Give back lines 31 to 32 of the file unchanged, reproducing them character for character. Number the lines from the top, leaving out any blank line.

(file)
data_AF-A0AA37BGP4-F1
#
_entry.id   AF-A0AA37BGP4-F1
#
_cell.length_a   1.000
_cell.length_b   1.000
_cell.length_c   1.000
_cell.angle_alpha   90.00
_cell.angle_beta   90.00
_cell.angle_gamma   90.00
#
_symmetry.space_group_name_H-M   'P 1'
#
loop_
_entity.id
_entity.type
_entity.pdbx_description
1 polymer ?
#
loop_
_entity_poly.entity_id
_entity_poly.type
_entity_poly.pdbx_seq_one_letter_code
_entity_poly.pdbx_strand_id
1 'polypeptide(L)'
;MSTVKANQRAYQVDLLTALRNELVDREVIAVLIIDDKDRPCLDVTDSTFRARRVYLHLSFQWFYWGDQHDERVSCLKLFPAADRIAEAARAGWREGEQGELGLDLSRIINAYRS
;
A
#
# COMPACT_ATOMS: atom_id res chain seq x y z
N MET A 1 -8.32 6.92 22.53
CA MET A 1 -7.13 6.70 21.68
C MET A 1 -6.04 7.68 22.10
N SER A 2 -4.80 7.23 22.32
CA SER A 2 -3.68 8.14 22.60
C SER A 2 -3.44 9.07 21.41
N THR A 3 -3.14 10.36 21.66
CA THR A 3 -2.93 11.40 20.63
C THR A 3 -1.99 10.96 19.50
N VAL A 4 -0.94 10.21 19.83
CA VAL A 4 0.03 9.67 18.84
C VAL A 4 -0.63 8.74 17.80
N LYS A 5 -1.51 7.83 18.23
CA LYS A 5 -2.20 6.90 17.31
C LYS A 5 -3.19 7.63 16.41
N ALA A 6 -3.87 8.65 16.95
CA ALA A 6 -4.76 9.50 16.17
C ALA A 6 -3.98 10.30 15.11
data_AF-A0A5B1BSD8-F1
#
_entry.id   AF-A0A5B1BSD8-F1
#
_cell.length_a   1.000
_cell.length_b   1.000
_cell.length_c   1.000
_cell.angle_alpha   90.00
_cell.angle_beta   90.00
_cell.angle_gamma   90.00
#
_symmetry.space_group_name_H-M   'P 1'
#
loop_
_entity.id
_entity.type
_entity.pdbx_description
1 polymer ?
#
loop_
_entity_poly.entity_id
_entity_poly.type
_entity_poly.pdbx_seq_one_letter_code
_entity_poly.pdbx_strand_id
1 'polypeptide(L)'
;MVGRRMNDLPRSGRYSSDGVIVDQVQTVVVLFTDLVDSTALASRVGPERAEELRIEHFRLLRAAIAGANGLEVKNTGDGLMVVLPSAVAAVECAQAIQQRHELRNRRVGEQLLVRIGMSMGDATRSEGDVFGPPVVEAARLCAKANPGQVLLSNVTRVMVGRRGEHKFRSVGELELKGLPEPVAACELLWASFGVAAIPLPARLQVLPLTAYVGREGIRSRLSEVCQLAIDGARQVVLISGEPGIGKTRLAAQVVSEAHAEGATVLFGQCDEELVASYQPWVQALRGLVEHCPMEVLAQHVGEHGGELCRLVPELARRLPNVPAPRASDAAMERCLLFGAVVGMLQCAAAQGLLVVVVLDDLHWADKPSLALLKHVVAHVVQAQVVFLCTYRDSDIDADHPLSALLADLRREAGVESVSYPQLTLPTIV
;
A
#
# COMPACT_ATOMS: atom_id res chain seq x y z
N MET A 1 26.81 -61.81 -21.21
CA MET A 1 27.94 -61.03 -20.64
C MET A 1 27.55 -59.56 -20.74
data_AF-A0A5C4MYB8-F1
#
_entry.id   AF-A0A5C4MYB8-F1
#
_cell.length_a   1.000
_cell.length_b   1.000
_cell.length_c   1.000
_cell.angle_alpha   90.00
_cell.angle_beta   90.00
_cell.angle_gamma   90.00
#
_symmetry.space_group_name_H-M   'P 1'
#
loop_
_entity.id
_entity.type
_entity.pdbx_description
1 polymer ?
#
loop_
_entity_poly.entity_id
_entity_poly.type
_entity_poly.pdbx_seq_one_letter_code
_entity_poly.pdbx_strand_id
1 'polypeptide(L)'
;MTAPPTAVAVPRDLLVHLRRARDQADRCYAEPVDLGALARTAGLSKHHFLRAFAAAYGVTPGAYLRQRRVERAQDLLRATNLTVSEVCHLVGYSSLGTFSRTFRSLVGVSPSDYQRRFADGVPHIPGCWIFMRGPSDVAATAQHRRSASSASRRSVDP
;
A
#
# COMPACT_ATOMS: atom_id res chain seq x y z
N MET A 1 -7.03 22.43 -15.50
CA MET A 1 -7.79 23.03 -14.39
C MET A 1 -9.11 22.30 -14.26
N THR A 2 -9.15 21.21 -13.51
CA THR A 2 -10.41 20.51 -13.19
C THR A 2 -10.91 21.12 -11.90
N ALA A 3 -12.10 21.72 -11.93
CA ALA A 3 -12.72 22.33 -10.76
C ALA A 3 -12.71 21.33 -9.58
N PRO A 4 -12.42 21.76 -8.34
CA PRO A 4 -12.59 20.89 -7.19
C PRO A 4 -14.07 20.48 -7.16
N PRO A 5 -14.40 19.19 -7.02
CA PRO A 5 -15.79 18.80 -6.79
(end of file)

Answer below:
N MET A 1 -8.32 6.92 22.53
CA MET A 1 -7.13 6.70 21.68